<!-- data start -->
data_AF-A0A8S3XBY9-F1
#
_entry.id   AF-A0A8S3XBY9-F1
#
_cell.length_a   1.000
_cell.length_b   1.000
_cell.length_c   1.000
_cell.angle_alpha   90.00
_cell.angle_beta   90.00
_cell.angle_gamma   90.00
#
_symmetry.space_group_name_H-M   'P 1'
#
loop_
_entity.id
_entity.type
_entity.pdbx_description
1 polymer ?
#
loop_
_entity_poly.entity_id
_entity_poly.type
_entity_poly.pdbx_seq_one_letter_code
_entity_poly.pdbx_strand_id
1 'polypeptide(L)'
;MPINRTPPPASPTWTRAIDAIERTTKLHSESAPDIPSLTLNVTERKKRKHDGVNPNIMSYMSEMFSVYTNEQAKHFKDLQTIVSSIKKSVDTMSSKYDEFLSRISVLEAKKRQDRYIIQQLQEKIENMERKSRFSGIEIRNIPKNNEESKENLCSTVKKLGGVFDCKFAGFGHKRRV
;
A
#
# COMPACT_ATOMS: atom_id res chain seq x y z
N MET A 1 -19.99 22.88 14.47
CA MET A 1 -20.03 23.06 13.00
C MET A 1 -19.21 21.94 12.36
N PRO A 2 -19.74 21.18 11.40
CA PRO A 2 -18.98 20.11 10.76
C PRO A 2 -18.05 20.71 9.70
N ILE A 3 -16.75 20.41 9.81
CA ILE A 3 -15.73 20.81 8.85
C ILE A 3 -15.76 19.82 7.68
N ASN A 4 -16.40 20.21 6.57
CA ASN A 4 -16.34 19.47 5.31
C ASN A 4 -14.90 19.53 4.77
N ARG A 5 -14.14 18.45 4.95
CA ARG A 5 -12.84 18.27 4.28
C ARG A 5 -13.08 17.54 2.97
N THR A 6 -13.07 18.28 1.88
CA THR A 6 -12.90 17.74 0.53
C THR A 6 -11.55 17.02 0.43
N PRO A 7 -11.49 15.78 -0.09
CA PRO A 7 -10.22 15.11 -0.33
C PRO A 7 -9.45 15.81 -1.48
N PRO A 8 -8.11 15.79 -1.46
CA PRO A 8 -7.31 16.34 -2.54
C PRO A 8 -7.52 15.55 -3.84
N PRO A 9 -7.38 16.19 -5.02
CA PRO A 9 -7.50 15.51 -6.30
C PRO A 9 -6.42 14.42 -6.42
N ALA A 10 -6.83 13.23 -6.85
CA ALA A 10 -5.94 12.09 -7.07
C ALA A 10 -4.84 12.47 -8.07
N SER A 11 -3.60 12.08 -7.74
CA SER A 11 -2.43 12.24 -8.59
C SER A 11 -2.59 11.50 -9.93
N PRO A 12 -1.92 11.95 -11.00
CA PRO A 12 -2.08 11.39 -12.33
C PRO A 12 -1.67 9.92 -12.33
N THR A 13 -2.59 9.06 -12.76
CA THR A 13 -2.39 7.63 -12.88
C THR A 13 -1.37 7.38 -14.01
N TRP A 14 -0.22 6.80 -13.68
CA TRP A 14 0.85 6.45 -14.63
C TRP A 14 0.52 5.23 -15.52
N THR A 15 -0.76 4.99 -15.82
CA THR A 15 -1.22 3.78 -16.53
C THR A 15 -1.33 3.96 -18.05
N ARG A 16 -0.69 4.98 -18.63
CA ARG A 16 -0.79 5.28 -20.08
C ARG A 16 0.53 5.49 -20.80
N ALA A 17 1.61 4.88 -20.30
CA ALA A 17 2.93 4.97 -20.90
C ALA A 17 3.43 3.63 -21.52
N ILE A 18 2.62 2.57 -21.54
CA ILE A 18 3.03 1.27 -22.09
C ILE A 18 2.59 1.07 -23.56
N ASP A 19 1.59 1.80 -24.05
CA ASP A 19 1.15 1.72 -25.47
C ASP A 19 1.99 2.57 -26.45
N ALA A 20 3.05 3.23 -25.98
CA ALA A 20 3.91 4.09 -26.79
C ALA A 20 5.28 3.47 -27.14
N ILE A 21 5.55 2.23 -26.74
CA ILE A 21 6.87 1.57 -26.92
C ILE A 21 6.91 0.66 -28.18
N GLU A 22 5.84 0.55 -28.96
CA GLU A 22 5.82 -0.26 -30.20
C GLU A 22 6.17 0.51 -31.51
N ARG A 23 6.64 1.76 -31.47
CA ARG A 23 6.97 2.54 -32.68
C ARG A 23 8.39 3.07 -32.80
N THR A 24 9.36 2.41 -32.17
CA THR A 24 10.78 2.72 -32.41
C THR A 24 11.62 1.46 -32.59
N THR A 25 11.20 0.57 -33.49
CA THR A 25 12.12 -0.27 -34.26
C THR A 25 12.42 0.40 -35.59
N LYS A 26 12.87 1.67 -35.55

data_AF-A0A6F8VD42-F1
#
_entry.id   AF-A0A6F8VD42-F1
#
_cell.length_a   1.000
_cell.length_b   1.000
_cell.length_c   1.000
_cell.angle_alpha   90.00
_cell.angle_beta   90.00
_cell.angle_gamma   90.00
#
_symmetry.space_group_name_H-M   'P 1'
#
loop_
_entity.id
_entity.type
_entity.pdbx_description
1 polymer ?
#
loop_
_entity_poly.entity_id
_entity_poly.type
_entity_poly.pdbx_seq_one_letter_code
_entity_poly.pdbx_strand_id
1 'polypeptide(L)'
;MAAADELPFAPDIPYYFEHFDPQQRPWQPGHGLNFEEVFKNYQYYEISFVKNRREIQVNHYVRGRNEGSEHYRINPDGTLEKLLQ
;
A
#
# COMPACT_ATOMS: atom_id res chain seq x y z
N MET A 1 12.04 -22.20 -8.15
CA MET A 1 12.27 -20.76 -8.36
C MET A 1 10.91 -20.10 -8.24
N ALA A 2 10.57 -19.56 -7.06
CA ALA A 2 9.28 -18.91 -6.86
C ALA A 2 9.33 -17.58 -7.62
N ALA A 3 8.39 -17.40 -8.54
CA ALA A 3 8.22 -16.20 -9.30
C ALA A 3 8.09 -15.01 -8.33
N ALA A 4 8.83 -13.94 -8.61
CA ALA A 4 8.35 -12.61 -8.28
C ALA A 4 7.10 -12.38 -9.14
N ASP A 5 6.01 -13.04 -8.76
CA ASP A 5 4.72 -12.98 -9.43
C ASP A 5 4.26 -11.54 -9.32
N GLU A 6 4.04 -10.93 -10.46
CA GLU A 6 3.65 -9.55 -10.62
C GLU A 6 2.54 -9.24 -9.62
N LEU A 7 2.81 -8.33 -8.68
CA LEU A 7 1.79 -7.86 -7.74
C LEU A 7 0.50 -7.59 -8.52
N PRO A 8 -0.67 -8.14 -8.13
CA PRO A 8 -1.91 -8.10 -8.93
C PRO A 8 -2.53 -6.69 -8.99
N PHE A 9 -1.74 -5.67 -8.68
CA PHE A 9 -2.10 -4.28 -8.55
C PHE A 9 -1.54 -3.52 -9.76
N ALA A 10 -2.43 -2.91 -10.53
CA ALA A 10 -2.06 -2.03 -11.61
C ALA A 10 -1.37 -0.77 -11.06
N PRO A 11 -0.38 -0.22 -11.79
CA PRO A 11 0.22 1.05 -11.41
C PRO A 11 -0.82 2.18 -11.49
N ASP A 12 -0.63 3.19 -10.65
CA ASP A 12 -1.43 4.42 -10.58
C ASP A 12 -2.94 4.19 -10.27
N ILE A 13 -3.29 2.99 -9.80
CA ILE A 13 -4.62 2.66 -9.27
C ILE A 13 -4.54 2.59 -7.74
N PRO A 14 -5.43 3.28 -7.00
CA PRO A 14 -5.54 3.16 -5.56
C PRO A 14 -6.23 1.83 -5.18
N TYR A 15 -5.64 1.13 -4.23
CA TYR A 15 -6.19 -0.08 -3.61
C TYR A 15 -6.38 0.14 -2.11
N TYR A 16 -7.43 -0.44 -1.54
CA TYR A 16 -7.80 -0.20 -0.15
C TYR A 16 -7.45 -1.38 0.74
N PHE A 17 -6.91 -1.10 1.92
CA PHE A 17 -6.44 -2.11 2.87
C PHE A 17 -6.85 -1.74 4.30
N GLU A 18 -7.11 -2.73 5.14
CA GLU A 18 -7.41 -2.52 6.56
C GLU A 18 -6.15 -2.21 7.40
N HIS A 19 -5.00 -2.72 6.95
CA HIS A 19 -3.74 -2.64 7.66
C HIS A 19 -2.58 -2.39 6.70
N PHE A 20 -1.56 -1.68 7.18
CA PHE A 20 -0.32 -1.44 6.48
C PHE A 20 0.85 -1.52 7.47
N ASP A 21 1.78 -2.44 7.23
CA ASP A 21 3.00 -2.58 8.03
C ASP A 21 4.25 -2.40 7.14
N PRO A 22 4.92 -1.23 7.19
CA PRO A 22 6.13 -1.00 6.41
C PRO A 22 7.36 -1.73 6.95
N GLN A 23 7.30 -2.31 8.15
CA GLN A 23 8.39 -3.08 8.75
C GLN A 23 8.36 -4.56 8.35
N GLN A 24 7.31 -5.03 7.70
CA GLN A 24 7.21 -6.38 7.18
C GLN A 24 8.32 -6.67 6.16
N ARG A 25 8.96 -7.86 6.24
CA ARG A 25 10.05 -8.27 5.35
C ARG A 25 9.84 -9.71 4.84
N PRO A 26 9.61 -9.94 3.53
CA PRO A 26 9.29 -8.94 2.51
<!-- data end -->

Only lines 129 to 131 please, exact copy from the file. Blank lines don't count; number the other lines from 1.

_entity_poly.pdbx_seq_one_letter_code
_entity_poly.pdbx_strand_id
1 'polypeptide(L)'